But now we have items that are close to a century old that may not be saved by anyone because of copyright. Does that make sense at all? How is 80-100 years for something that can no longer actually be used be a finite time? Will the same thing happen 80 years from now when someone wants to take an old videogame for a machine that is no longer being made and save it? You bet, if things continue.

Another in a long line of copyright screwups, mainly perpetrated by people hoping to make a buck since the original artists are long dead. Another example of where corporations have distorted our commonweal.

[I'm still bitter because the best documentary on Hollywood's silent era, Hollywood by Kevin Brownlow, may never be seen again. Copyright issues for almost every single movie in the documentary prevent it from being updated from videotape. Everyone wants their own piece of the pie – when the right people can even be found – requiring negotiations that make it simply impossible to continue. So when someone wants to rescue this great work from degradation by converting it to a modern format, they will be prevented or have to do it on the black market, like some sort of scene from Fahrenheit 451. Thus the principles of copyright have been twisted, resulting in the lose of innovations. We can all thank Disney and Sonny Bono for that.]

When the narrative is more important than facts we get a Cargo Cult World

cargo cult by buridan (cargo cult materials)
On the incivility of atheists: “Tom Johnson” and Exhibit A
[Via Why Evolution Is True]

If you’ve not heard of the “Tom Johnson” affair, or aren’t interested in it, you’ll want to skip this post, which I offer simply to bring some clarity to a confusing situation.

On October 22 of last year, Chris Mooney put up a post at The Intersection called “Counterproductive attacks on religion—exhibit A.” The “exhibit” was an excerpt from an earlier comment on that website by someone named “Tom Johnson.” Johnson claimed that he was a biologist who had gone to “conservation events” (that is, outreach meetings designed to educate people about conservation), and that atheists had behaved very badly at these events, yelling and screaming at religious people for their faith and thereby turning them off. Mooney elevated Johnson’s comment to a full post to buttress Mooney’s frequent assertion that “new atheists,” through their stridency, thoughtlessness, and lack of respect for others, were hurting their cause by driving people away from science.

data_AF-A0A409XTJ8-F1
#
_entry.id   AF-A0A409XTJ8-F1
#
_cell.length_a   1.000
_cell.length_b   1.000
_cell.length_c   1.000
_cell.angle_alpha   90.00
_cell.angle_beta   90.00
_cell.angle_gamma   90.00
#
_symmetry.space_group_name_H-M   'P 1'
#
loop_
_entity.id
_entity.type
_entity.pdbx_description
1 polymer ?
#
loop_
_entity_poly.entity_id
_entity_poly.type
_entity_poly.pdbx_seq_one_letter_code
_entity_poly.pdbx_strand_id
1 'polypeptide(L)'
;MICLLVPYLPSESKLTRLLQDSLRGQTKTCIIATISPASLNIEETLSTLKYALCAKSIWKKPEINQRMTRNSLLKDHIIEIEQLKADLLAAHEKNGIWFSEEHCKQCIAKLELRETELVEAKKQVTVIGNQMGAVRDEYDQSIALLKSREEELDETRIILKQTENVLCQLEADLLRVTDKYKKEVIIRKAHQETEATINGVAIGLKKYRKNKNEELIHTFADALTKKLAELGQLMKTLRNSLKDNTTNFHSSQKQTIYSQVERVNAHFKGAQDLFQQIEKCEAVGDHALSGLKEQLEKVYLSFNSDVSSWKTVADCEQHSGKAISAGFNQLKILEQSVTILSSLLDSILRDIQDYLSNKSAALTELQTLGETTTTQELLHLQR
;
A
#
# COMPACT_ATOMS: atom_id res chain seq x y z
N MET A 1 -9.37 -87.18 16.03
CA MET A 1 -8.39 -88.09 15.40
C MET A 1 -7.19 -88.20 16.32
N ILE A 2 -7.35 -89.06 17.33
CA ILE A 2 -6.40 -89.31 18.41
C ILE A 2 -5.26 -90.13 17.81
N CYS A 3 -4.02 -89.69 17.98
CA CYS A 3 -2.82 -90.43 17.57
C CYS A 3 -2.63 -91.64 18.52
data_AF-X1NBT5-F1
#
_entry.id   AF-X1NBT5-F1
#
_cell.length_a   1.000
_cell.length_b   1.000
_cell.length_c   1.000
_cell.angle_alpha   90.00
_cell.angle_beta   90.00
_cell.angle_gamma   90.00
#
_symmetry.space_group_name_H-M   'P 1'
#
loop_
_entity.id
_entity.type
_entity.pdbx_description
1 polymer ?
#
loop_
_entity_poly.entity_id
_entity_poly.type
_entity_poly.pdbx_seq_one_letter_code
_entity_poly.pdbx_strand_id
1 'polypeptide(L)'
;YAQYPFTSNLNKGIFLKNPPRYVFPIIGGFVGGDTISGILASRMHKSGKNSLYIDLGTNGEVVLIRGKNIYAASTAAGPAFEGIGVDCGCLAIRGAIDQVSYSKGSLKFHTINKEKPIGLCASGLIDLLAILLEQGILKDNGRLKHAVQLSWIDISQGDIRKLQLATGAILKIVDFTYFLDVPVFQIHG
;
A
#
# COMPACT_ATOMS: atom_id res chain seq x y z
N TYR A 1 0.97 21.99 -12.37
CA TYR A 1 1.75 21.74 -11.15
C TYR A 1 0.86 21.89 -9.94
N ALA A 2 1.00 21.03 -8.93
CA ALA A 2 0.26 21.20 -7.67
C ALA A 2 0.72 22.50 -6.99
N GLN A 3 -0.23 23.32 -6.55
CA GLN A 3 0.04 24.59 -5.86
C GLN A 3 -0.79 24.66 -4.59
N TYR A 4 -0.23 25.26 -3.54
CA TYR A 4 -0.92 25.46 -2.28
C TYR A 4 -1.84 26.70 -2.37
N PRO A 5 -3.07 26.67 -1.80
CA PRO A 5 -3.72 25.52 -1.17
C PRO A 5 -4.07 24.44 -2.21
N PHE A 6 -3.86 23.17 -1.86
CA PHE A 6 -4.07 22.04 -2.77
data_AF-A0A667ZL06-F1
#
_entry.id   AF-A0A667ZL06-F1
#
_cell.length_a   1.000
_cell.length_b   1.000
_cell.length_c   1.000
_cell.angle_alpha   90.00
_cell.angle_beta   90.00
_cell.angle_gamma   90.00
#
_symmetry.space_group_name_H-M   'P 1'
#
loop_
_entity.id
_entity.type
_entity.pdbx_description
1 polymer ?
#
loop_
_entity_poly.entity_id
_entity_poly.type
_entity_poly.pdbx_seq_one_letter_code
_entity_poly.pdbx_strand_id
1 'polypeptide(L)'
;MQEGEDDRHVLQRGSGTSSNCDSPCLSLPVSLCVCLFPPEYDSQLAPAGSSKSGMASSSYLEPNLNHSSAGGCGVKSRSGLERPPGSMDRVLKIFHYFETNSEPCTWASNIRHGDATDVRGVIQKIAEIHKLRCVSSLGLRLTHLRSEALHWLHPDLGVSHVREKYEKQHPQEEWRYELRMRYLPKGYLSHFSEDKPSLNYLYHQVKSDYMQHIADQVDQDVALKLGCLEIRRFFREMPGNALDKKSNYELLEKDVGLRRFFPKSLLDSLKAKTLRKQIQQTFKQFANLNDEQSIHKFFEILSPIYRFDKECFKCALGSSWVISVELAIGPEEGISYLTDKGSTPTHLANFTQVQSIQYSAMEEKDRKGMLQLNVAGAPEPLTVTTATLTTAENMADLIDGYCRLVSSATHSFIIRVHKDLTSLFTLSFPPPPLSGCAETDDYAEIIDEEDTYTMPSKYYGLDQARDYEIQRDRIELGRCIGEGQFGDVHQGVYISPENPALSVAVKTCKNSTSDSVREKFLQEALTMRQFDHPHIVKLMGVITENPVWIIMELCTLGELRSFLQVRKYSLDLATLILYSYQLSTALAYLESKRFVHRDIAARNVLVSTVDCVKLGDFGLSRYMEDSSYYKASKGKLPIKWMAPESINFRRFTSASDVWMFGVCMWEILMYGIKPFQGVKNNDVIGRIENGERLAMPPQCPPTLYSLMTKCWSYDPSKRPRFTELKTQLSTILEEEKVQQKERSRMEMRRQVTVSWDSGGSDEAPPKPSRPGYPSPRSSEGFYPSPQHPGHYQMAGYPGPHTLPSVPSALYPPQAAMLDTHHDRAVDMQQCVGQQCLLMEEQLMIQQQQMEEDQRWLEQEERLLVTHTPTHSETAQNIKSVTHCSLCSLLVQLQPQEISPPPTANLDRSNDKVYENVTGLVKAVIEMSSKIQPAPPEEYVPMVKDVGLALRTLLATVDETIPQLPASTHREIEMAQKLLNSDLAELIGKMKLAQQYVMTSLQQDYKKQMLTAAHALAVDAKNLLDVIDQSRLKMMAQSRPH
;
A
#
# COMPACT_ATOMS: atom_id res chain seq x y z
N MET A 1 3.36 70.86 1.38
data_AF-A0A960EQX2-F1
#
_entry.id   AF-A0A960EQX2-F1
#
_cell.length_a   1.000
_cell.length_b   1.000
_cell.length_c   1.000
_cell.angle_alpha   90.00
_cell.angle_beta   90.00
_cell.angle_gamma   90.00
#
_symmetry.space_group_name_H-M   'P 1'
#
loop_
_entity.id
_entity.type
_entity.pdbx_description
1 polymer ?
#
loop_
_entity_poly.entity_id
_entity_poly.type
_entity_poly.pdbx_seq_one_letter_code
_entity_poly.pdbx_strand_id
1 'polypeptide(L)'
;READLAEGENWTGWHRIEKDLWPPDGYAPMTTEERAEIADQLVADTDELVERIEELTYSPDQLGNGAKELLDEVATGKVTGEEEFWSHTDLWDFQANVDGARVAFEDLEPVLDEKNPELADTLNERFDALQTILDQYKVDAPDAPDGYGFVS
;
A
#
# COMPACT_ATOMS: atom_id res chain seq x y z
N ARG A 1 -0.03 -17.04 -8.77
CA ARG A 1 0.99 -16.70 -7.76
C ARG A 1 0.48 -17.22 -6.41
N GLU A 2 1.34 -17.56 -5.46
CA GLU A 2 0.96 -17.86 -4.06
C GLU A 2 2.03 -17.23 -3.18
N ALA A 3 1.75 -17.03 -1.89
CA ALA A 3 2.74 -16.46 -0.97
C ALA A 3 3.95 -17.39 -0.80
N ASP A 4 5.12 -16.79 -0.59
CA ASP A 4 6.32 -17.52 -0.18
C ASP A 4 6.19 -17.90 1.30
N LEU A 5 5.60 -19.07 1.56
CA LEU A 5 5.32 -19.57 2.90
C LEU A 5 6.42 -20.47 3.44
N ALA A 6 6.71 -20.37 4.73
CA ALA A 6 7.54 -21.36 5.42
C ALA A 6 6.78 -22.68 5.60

“Tom Johnson” said he was a scientist working at a large, well-known research university. The fact that he would not fully identify himself, or reveal details about the “conservation event,” excited a good deal of speculation and rancor at various websites. The situation was further exacerbated when it turned out that “Tom Johnson” had also created an anonymous website called “You’re Not Helping,” which excoriated various atheist bloggers, including myself, for their counterproductive messages. “Johnson” was then caught engaging in “sock-puppetry” (making mutually supportive comments under a variety of names) on not only his own website, but on other blogs like The Intersection and even here. Chastened, he took down the You’re Not Helping website and confessed to sock-puppetry.

All of this led to an explosion of interest, acrimony, and accusation among several websites. One post, at The Buddha is Not Serious, is followed by 826 comments! Despite “Tom Johnson’s” confession and apology, questions remain. Who is he? Under how many names did he post, and who are these sock puppets? How much truth was there in his description of the “conservation event” that became Mooney’s “Exhibit A”?

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This is a really good breakdown of the Tom Johnson incident which also demonstrates Ken Layne’s great comment We can fact-check your ass!

Part of the problem, as we also saw last week with the Sherrod blowup, is that many people do not want to check the facts. There is a narrative they want to push or to believe and they will take the story, facts be damned. Confirmation bias is the first refuge of the misguided and misled.